The irruption in the HPC scene of hardware accelerators, like GPUs, has made available unprecedented performance to developers. However, even expert developers may not be ready to exploit the new complex processor hierarchies. We need to find a way to leverage the programming effort in these devices at programming language level, otherwise, developers will spend most of their time focusing on device-specific code instead of implementing algorithmic enhancements. The recent advent of the OpenACC standard for heterogeneous computing represents an effort in this direction. This initiative, combined with future releases of the OpenMP standard, will converge into a fully heterogeneous framework that will cope the programming requirements of future computer architectures. In this work we present


, a novel implementation of the OpenACC standard, based on the combination of a source to source compiler and a runtime library. To our knowledge, our approach is the first providing support for both OpenCL and CUDA platforms under this new standard.

Ruymán Reyes, Iván López-Rodríguez, Juan J. Fumero, Francisco de Sande

Understanding the Performance of Concurrent Data Structures on Graphics Processors

In this paper we revisit the design of concurrent data structures – specifically queues – and examine their performance portability with regard to the move from conventional CPUs to graphics processors. We have looked at both lock-based and lock-free algorithms and have, for comparison, implemented and optimized the same algorithms on both graphics processors and multi-core CPUs. Particular interest has been paid to study the difference between the old Tesla and the new Fermi and Kepler architectures in this context. We provide a comprehensive evaluation and analysis of our implementations on all examined platforms. Our results indicate that the queues are in general performance portable, but that platform specific optimizations are possible to increase performance. The Fermi and Kepler GPUs, with optimized atomic operations, are observed to provide excellent scalability for both lock-based and lock-free queues.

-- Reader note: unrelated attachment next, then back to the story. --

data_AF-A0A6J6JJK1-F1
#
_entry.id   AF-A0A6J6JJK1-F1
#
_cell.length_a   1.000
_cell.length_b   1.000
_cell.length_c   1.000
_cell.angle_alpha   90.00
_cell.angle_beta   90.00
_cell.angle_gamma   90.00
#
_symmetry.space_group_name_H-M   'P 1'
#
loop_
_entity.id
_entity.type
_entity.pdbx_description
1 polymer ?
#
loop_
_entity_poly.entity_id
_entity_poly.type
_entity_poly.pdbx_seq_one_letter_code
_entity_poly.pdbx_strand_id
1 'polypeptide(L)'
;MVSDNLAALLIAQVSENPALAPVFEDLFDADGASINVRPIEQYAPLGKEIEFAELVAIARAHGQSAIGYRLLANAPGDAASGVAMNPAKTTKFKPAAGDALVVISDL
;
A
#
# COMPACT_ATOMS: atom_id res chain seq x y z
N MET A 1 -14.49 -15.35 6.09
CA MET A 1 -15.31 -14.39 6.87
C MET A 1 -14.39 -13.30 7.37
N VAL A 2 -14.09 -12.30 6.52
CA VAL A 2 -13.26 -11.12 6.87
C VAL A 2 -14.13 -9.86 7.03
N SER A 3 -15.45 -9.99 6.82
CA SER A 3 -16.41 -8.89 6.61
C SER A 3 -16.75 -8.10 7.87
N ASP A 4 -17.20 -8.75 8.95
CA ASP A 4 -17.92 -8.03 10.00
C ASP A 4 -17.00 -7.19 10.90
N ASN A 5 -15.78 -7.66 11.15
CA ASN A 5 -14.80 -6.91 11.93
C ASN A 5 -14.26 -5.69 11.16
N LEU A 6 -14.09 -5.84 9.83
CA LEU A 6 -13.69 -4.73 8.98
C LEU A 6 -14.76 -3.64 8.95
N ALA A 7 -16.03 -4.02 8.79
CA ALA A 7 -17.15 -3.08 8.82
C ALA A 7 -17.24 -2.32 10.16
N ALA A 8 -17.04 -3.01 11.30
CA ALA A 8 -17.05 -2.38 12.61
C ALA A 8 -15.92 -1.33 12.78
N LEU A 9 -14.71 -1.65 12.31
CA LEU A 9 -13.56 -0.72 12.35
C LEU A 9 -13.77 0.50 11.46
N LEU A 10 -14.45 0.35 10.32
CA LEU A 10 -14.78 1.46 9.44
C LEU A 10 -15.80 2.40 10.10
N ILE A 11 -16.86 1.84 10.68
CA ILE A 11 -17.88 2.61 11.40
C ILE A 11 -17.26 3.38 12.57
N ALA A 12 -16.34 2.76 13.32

Daniel Cederman, Bapi Chatterjee, Philippas Tsigas

A New Programming Paradigm for GPGPU

Graphics Processing units (GPU) have become a valuable support for High Performance Computing (HPC) applications. However, despite the many improvements of General Purpose GPUs, the current programming paradigms available, such as NVIDIA’s CUDA, are still low-level and require strong programming effort, especially for irregular applications where dynamic load balancing is a key point to reach high performances.

This paper introduces a new hybrid programming scheme for general purpose graphics processors using two levels of parallelism. In the upper level, a program creates, in a lazy fashion, tasks to be scheduled on the different

Streaming Multiprocessors

(MP), as defined in the NVIDIA’s architecture. We have embedded inside GPU a well-known work stealing algorithm to dynamically balance the workload. At lower level, tasks exploit each

Streaming Processor